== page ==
It also makes things easier for me as a GM. I don’t have t reinvent the wheel each time. I’ve already got a base to start. And plenty of old notes that haven’t been used yet. I like keeping my notes generic and inspirational rather than detailed. First, I want to have easy ways of importing cool published adventures. Second, you never know when a random NPC catches the players’ attention and becomes important. And third, some times there are world changing events thanks to the PC’s or even a really crazy die roll. Keeping the options open.

Let The World Affect The Characters

I had a little extra time this week where all I could do is sit and think. Something came to mind. As GM’s, we often look at the big picture of our campaign worlds. But maybe there are times when we should focus more closely.

I know this isn’t always true but a lot of times a long and ancient history is added onto a setting. In published settings, there pages and pages dedicated to that but not so much about what has happened more recently. Sure much of the ancient does affect the ways that many things have turned out but like I said smaller and more recent things may be of more importance to the characters. Not only about what kinds of adventures or obstacles that may face but what about things that may have formed their pre-adventuring lives.

Maybe there was a plague that ravaged the area or a war with a neighboring kingdom. Maybe there was some sort religious upheaval or purge. Maybe there was a civil war, famine, or a natural disaster. Who knows maybe somebody usurped the throne? The possibilities are pretty much endless.

These major events that happen during a characters formative years could have a big impact when it’s time to adventuring. Heck, as a GM you could even assign some minor bonuses for the character.

Of course, as a GM, you don’t have to do all the leg work. Go ahead and the players come up with something interesting. Now, don’t let everybody be an exiled noble unless you want to but there’s no harm in letting the players contribute to what has happened in the world already. Heck, they might even come up with some better ideas than your own.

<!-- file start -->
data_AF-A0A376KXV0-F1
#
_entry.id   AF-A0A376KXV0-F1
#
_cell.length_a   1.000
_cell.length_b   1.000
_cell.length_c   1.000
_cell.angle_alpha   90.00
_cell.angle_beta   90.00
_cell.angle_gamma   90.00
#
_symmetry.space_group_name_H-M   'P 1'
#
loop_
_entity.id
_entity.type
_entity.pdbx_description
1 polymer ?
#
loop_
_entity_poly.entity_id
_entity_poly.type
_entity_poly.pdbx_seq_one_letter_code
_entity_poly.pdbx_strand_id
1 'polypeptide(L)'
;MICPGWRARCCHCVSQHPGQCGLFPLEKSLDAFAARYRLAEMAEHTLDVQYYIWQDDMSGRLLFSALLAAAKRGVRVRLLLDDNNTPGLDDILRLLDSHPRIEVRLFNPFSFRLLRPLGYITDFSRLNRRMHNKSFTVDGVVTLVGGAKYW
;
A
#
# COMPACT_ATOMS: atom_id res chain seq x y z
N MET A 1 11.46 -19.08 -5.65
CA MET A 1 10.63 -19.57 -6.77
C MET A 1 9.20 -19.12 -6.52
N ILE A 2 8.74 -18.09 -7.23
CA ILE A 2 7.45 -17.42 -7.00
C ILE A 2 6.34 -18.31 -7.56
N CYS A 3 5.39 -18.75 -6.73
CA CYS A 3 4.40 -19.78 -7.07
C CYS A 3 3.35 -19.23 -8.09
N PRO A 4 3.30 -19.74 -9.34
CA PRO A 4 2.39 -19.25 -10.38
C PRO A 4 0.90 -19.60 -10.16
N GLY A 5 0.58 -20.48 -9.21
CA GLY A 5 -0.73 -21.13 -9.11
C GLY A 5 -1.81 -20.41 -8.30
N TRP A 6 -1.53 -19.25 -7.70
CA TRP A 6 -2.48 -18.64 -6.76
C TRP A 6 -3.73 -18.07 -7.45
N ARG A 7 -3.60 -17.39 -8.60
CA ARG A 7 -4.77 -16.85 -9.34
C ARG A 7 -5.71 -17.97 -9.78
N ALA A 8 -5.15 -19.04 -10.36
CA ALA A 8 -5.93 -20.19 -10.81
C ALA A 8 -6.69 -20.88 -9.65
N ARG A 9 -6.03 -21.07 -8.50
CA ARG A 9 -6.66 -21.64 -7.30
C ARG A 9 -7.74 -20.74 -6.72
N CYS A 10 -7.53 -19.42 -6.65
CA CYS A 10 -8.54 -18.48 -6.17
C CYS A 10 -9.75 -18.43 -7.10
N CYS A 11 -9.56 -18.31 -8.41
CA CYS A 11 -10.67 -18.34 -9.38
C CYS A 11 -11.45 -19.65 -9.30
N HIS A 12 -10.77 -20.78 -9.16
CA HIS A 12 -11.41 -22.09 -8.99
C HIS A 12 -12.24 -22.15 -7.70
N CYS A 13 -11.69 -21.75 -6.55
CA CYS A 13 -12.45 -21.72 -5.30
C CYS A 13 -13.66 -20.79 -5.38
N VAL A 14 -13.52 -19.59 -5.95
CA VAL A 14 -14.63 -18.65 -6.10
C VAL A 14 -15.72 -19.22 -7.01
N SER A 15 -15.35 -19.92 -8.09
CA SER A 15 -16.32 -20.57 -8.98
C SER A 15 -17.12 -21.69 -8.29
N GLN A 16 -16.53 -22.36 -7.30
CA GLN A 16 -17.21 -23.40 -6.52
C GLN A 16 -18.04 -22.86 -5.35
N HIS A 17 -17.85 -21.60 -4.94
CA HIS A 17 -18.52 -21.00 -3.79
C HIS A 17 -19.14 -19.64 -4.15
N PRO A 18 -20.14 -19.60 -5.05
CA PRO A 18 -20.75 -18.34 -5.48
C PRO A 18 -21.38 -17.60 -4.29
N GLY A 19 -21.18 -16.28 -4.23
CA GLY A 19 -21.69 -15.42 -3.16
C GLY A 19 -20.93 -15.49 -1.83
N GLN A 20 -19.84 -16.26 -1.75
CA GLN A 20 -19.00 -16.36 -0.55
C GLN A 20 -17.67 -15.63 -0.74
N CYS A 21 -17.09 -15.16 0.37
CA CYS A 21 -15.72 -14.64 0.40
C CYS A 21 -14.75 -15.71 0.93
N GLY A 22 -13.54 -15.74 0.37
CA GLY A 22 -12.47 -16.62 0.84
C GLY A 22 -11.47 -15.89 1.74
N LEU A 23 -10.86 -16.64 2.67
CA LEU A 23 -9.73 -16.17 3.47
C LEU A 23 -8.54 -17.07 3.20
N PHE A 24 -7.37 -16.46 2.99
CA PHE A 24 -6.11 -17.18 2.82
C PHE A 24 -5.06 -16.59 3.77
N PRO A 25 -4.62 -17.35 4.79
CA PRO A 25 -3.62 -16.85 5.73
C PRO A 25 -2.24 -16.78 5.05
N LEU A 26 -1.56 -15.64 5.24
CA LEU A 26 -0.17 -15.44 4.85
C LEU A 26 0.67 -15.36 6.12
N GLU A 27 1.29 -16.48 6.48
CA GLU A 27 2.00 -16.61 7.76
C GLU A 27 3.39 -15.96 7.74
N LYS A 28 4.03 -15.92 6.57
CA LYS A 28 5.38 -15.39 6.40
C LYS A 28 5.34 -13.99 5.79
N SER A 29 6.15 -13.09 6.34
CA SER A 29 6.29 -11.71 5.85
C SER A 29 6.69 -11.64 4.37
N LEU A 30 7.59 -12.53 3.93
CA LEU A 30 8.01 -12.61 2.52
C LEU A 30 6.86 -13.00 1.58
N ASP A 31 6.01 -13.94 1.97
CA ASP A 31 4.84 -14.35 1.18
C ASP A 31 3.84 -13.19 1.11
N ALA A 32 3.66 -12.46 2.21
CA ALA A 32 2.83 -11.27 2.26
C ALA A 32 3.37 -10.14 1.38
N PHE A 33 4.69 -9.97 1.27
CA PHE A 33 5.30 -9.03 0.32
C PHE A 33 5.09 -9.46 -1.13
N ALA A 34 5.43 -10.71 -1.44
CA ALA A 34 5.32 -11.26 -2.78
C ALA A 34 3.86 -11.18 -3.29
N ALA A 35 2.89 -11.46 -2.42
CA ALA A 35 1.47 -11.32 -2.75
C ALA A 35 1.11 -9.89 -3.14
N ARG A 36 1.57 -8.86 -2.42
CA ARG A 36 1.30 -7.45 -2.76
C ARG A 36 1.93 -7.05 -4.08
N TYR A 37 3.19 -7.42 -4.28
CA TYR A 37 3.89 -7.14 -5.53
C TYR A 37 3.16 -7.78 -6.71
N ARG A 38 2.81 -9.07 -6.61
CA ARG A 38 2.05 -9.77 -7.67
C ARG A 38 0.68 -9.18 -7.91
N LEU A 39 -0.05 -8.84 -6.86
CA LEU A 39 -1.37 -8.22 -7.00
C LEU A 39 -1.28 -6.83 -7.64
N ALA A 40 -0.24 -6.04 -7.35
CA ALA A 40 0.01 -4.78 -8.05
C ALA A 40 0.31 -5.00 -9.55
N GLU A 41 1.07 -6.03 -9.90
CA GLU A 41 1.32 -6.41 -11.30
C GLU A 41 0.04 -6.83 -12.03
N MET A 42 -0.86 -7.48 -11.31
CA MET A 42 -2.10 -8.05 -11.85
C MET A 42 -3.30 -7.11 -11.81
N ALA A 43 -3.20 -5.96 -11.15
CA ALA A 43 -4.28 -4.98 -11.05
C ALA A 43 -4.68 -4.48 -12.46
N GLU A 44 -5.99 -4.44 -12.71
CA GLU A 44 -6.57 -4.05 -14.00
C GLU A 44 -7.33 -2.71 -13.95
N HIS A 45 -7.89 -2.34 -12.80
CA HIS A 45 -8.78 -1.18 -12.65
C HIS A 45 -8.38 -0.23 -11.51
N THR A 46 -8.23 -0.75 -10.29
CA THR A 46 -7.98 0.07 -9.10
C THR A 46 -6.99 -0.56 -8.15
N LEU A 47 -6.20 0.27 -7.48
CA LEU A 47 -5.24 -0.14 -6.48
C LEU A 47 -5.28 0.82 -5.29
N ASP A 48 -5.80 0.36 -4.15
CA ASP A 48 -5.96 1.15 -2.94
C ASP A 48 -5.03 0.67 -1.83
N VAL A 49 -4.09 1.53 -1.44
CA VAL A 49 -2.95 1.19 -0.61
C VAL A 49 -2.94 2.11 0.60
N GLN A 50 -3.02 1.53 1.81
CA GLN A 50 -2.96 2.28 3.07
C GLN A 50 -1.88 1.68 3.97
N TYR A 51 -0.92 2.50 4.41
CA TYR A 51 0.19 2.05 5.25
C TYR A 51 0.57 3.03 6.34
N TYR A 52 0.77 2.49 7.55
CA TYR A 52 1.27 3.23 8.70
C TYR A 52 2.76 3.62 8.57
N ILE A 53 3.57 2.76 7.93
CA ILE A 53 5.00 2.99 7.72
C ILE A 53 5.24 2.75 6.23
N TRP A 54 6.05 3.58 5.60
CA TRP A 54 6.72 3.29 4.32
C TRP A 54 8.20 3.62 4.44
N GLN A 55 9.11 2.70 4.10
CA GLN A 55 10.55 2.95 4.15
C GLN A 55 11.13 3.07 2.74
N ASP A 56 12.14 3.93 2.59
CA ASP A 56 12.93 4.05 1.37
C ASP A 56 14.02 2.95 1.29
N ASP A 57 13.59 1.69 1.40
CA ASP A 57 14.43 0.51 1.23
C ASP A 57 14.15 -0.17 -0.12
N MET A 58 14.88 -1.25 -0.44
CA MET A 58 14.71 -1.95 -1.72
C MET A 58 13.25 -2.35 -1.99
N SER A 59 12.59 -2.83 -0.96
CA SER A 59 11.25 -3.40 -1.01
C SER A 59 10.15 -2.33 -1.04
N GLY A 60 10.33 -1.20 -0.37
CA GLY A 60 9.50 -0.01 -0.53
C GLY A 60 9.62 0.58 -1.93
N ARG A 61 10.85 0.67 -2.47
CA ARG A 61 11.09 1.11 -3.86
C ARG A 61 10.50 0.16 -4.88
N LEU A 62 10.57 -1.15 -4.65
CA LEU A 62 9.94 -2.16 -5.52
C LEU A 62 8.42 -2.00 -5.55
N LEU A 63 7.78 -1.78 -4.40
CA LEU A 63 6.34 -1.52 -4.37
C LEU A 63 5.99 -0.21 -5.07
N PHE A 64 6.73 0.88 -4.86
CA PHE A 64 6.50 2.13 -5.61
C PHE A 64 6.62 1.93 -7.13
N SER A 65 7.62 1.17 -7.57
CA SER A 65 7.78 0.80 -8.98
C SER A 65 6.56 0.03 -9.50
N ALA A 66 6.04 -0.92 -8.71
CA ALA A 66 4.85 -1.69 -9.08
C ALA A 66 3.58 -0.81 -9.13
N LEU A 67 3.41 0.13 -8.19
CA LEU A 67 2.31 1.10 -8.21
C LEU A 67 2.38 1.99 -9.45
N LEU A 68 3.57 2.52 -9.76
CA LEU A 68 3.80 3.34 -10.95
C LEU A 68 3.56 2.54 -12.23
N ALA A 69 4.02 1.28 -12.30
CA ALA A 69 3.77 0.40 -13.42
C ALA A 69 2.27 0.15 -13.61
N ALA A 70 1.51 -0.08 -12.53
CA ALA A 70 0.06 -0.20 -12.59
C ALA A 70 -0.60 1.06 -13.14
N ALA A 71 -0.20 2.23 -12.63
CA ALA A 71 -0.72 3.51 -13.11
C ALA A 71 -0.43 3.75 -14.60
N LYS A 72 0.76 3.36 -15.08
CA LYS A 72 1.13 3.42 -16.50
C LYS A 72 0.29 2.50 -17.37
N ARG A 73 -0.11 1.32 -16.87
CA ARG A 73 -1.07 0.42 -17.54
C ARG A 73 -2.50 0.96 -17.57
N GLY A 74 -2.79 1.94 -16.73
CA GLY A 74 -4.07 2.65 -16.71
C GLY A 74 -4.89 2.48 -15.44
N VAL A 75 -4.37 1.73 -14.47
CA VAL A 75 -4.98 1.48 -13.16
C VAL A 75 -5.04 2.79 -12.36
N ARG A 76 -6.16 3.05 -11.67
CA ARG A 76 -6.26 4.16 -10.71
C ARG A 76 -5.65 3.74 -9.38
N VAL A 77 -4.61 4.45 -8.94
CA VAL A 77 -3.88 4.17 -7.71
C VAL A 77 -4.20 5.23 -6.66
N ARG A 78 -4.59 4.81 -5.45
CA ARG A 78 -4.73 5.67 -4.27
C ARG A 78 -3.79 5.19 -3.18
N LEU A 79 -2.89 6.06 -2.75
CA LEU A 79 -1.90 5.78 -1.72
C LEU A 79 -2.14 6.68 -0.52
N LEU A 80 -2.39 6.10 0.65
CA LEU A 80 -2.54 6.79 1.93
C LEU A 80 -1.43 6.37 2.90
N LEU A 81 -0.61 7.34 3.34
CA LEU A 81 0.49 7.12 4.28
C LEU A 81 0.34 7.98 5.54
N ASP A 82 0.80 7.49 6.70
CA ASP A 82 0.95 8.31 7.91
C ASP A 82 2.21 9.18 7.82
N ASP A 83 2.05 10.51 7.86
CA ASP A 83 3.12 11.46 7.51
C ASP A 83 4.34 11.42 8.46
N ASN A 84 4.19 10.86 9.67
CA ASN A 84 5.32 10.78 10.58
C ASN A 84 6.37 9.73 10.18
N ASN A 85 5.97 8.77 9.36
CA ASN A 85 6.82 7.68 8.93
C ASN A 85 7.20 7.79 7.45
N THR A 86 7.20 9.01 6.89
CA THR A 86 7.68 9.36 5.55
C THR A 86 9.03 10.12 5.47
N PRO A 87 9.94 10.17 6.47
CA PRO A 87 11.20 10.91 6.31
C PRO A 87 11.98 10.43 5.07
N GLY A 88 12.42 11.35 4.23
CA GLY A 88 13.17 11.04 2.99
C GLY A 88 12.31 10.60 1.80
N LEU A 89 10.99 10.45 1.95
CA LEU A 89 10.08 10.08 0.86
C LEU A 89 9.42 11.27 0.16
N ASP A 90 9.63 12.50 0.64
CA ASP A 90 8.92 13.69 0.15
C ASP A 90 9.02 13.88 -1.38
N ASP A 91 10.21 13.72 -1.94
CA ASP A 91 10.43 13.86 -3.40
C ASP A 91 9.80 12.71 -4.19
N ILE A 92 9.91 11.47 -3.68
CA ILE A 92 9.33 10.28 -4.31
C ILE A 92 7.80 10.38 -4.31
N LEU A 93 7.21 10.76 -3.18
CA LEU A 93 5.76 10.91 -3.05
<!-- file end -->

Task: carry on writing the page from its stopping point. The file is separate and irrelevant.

Part of this also comes when I’m thinking about settings and such. Forgotten Tales of Sword & Sorcery is in its final stages and there’s still a long list of projects that I want to mess with. One of which is revamping my own campaign world, Zoong.

The Cult of Mordiggian

Mordiggian is old and omnipotent as death. He was worshipped in former continents, before the lifting of Zothique from out the sea. Through him, we are saved from corruption and the worm. Even as the people of other places devote their dead to the consuming flame, so we of Zul-Bha-Sair deliver ours to the god. Awful is the fane, a place of terror and obscure shadow untrod by the sun, into which the dead are borne by his priests and are laid on a vast table of stone to await his coming from the nether vault in which he dwells. No living men, other than the priests, have ever beheld him; and the faces of the priests are hidden behind masks of silver, and even their hands are shrouded, that men may not gaze on them that have seen Mordiggian.-The Charnel God by Clark Ashton Smith

My own take on the Charnel God for my campaign world.

Mordiggian’s temples are scattered throughout Zoong. Some are tolerated like in Ularax whiles are hidden in shadow. Ghouls and other eaters of the dead view Mordiggian as the God of the Eternal Harvest. More civilized (and living folks) barely tolerate Mordiggian as a God of Funerary rites. He is not the God of the Dead nor does have anything to do with pass of the soul or spirit into the Afterlife but what happens to the mortal remains. In these areas, the Cult does have a mortal high priest who acts as the public face of the Cult.
Clerics of Mordiggian have a special rapport with low level undead. With a (D)estroy result on a Turn Undead attempt, the cleric may opt to change the attitude of undead to “Friendly”. How the GM determines what a “Friendly” reaction from a horde of zombies, well, that’s up to the GM.